Regarding your March 22nd letter, “Harvey’s donations not factor in plans”:
As a property owner in west Snohomish city, I agree with the letter writer that rerouting Airport Way and lengthening the runway to accommodate larger aircraft and small corporate jets will lower property values at both ends of the runway.
Proponents of the runway expansion such as Mr. Robinette always use the tired old excuse “the airport was there first.”
It was Mr. Robinette who in 2012 got the City Council to pass a city letter of support pleading the County Council to allow commercial passenger jet service at Paine Field and divert general aircraft to smaller rural airports such as Harvey Airfield.
Here’s a little history:  In 1944, Eldon Harvey founded Harvey Airfield for small aircraft with an east-west runway configuration.  When state Route 9 opened in 1959, the runway changed to a north-south configuration.  Most homes at both ends of the runway were built well before 1959.
We are asked to be taxed to reroute Airport Way at a cost of millions only to lower the equity in our properties by 20 percent just to enrich one private, for-profit business.

Morgan Davis

Letters to the Editor published in the March 22 Tribune:

Marijuana vote timing change
Questions raised on changing date

To the Editor:
The City Council will discuss moving the public advisory vote on marijuana stores from November to August. (“Council ponders moving pot vote to August,” March 1 Tribune).
 The current proposed store location is within three blocks of Snohomish High School and just feet from private homes. It’s about 440 feet from a middle school bus stop and approximately 700 feet of Kla Ha Ya Park.
Council is sympathetic to the marijuana store licensee because he’s signed a lease before having been granted a license to open his prohibited business — a bold move. Seems he felt confident that the council was going to make this happen. He took a risk, which does have financial ramifications and requires patience. This was a risk he chose to take, knowing the vote would not take place until November.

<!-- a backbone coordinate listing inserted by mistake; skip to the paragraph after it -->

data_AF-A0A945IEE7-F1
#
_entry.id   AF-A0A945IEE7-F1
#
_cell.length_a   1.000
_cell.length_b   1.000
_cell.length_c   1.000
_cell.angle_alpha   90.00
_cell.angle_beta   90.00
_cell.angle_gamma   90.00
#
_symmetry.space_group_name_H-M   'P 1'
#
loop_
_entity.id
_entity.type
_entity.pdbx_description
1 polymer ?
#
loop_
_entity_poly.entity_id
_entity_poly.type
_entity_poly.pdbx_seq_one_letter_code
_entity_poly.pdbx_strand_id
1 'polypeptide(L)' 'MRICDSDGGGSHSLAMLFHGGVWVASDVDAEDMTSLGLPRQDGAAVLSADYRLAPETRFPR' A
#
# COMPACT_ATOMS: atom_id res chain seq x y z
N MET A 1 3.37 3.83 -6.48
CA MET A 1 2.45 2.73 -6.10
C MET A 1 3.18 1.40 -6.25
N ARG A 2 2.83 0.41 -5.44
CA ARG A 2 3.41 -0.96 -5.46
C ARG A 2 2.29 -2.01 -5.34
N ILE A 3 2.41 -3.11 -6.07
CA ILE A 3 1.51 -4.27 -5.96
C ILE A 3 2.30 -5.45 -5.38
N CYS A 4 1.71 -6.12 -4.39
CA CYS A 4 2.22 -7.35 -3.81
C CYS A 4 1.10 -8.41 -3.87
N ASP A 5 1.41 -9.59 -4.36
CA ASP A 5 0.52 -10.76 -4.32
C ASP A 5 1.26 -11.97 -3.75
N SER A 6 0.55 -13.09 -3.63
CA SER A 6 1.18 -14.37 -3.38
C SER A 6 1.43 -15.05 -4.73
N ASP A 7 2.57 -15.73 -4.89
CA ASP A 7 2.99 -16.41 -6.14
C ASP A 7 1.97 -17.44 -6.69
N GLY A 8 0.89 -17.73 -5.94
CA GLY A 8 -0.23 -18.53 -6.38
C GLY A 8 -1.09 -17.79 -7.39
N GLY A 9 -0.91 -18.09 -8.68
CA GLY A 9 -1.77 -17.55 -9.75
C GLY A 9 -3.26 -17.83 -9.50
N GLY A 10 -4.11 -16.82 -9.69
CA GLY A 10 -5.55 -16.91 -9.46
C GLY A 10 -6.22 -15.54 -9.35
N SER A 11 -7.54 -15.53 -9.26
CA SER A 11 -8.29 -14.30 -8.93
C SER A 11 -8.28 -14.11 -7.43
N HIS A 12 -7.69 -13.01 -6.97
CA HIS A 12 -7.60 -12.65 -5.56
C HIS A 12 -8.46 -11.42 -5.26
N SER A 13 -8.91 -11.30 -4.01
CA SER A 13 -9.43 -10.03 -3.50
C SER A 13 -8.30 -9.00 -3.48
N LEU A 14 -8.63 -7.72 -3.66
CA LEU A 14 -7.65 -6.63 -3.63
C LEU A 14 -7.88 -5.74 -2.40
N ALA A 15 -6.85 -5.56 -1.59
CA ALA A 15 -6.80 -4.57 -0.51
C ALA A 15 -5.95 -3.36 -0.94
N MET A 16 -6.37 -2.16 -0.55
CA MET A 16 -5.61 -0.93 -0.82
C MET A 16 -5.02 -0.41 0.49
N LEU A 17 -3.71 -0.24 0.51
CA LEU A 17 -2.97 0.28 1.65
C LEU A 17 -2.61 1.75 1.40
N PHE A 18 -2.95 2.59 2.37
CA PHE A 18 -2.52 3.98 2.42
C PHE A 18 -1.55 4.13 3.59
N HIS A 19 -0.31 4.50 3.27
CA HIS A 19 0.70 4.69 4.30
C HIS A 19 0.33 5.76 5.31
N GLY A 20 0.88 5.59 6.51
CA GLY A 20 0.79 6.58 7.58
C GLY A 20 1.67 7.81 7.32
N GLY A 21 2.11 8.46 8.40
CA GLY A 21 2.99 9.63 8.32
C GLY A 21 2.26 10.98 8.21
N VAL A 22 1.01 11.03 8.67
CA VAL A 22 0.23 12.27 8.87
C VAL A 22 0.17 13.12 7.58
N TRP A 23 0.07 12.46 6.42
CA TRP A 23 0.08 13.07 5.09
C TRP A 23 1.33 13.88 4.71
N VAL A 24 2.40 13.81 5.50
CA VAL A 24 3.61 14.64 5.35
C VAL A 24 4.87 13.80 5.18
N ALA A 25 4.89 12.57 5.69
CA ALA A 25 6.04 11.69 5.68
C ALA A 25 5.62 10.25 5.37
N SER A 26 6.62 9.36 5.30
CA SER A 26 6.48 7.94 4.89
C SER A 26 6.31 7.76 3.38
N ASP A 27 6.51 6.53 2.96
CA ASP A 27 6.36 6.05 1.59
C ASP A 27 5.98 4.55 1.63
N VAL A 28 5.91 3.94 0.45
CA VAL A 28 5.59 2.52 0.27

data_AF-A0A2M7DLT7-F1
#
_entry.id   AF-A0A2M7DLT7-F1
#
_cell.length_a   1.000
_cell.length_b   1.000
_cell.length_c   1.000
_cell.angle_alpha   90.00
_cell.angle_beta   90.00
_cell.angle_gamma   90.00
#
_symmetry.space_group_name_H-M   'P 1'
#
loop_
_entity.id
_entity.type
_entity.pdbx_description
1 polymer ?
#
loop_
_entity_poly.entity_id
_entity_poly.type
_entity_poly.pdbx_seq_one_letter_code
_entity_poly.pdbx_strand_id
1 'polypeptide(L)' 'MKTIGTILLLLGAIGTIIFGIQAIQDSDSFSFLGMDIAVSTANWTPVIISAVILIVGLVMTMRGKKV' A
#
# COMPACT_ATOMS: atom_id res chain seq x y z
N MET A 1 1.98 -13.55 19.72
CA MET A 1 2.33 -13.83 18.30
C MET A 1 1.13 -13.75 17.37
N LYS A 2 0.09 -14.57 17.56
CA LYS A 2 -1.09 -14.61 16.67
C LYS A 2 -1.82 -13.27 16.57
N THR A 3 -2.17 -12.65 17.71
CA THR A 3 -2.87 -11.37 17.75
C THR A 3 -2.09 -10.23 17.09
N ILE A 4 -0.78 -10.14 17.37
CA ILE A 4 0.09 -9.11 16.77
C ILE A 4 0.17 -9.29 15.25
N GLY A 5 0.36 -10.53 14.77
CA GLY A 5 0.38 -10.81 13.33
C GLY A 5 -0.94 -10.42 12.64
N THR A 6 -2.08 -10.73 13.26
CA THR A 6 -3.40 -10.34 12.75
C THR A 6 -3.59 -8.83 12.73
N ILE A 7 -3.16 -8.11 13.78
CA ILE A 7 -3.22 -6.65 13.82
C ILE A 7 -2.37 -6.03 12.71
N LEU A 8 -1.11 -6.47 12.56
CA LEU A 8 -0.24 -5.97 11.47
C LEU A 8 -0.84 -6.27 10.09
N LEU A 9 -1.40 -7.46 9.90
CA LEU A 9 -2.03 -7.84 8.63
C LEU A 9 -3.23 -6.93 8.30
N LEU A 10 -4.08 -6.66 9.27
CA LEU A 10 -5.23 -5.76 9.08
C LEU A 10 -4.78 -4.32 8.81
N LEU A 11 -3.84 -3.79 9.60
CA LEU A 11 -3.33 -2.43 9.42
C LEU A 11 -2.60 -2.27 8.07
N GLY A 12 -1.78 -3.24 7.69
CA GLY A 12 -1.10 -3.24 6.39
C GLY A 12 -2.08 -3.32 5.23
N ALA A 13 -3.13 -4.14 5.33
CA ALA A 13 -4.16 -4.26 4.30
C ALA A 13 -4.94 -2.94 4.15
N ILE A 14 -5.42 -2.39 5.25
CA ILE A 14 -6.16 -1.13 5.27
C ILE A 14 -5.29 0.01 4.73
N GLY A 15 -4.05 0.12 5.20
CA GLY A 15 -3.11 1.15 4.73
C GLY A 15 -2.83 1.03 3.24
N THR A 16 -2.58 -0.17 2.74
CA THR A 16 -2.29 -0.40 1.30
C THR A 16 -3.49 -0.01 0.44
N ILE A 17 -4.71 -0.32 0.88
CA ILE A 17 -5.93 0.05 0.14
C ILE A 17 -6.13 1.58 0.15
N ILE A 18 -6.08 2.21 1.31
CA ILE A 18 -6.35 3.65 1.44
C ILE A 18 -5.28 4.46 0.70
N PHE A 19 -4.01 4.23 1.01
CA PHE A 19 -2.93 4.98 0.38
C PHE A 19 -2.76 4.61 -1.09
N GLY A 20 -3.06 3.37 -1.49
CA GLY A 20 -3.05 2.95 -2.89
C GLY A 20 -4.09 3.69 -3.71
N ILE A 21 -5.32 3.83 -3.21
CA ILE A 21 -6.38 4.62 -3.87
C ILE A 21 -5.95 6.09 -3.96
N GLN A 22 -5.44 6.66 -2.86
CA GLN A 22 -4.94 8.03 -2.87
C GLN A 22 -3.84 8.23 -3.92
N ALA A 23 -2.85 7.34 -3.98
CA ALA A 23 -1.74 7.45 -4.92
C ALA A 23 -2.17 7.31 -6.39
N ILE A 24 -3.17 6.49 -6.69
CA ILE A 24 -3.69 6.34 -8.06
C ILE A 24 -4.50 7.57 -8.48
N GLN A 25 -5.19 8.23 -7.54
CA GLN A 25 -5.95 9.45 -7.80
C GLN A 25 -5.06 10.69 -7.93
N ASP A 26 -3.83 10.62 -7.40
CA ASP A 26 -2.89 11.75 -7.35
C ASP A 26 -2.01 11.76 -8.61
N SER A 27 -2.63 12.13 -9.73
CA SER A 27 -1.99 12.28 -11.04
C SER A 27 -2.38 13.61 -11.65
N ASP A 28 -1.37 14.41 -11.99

Council hopes to determine the rules surrounding this issue before the November vote — the same election in which five of them could be replaced. Perhaps before there will be a new mayor in town who will have an opinion on this issue. Is the vote being moved up in order to facilitate this for the shop owner because the players (council and mayor) may change? Valid reasoning for people to question the timing and motives.  
Please email the council and attend the March 21 meeting where they’ll be discussing this. Please note a location change — the meeting will be held at the Carnegie building on Cedar & Pearl (former library) Tuesday, March 21 at 7 p.m. Check the city website that day to confirm location.

Susan Bjorling

Garbage contract
Poor common sense used

To the Editor:
The new seven-year garbage contract is simply another example of the following: When public money is spent, common sense goes out the window.
Our Snohomish City Council knew 46 percent of the people  were not satisfied with their rates, versus 26 percent that were satisfied. Knowing this, they made no effort to provide us with a different provider, which may have lowered our rates. But to negotiate with a new garbage company, wasn’t that important.  Why? It wasn’t their money.
By now, we see the “spending pattern” wisdom of the Council. If you see this pattern, you can’t fix today’s  problems by re-electing those who created them.

Bruce Ferguson

Harvey Field
Harvey’s donations not factor in plans

To the Editor:
In response to Mr. Robinette’s letter (March 8 Tribune, “Unfair treatment given to Harveys in letter”), I would like to say that with him being involved with aviation over the years, I appreciate his opinion. On the other hand, these issues have absolutely nothing to do with how much money has been donated to our community by the Harvey family. It has to do with the quality of life for the residents on 111st Street and surrounding areas, and where the money is coming from.